Meg Koranda has a lot in common with her best friend, Lucy Jorick - both the daughters of famous parents, they have reacted quite differently to being brought up in the spotlight. For while Lucy is sensible, mature and always considers the needs of others, Meg is almost thirty, dependent on her parents, and drifting. She is, however, not only loyal but able to see what nobody else has - though her groom-to-be seems perfect in every way, Lucy doesn't love him, and from what Meg can see, Ted doesn't love her, either. Which is why, even though she only arrived in Wynette, Texas, the day before the wedding, Meg feels comfortable telling Lucy that it's time to live her own life. And, in an upset reported by media worldwide, the daughter of America's first female President leaves the son of golf's finest star at the altar.
Call me Irresistible weaves together multiple characters from previous Phillips novels - we met Lucy in First Lady, jilted fiance Teddy's parents' story was told in Fancy Pants and we met them again in Lady Be Good, while Meg guest starred in What I Did For Love (a small part that didn't appear in my review) and is the product of the couple whose story's told in Glitter Baby.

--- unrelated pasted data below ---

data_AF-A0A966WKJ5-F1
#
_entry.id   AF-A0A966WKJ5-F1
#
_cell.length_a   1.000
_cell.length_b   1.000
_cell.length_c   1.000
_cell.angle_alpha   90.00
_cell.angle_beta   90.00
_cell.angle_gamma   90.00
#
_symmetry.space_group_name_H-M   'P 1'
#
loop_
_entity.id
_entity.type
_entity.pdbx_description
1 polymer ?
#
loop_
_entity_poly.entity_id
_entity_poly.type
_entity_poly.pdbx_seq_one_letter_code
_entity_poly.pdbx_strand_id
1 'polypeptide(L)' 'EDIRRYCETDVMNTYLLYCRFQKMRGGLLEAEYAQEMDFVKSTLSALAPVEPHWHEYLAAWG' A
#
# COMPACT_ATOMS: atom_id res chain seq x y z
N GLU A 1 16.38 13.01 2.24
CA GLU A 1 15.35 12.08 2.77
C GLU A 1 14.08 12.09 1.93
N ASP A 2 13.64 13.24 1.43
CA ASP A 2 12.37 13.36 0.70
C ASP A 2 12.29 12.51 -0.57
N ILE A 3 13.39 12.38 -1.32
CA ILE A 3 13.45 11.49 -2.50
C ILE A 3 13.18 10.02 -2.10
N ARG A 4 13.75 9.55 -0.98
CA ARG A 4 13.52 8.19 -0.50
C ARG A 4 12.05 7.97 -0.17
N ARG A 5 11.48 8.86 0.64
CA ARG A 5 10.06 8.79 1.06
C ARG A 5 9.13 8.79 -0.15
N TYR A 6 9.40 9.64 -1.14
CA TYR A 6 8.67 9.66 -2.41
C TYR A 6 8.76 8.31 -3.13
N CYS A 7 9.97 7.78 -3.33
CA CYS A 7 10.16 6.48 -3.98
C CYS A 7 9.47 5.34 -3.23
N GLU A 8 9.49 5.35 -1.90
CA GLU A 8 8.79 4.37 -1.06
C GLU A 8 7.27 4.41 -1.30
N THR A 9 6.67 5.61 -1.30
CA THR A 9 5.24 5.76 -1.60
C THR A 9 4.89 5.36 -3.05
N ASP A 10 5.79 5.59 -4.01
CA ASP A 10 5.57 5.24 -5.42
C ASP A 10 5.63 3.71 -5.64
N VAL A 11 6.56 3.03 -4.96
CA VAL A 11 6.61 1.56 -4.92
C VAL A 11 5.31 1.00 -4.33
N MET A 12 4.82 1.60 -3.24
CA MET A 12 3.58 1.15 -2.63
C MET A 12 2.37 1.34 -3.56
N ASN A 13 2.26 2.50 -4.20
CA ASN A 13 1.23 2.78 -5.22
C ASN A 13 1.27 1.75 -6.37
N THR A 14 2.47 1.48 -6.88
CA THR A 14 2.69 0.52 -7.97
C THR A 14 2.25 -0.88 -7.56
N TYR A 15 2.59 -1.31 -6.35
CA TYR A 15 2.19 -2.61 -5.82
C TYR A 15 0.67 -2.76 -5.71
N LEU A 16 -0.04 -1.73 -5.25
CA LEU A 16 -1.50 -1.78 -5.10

This is something I've quite enjoyed in other series, particularly Brockmann's SEAL Team series. For some reason, though, I found the constant allusions to previous plot lines really irritating, perhaps in part because I haven't read Glitter Baby. I suspect, though, that it's more likely because in Brockmann's series the characters are all present in one another's stories, with different protagonists in the spotlight from book to book; Phillips' characters, however, have inhabited separate universes until now, so keeping their stories straight and present is harder work.
For me this overshadowed what was otherwise a very good romance - though the pie-eyed esteem of the locals toward Ted was a little hard to swallow, I found the central premises of Call Me Irresistible believable within the confines of the genre, the plot hurdles were plausible, I really liked the central characters, and I particularly enjoyed the way Meg pushed Ted past his own people pleasing, as she did Lucy. Phillips also adroitly handled the potential squick factor of a heroine moving in on her best friend's ex.
It's been a while since I read a good romance, and I'm a little disappointed that I found the references to previous narrative threads getting in the way of my enjoyment. Readers less distractable than I, or with a better grasp on Phillips' oeuvre, may not find this to be an issue. - Alex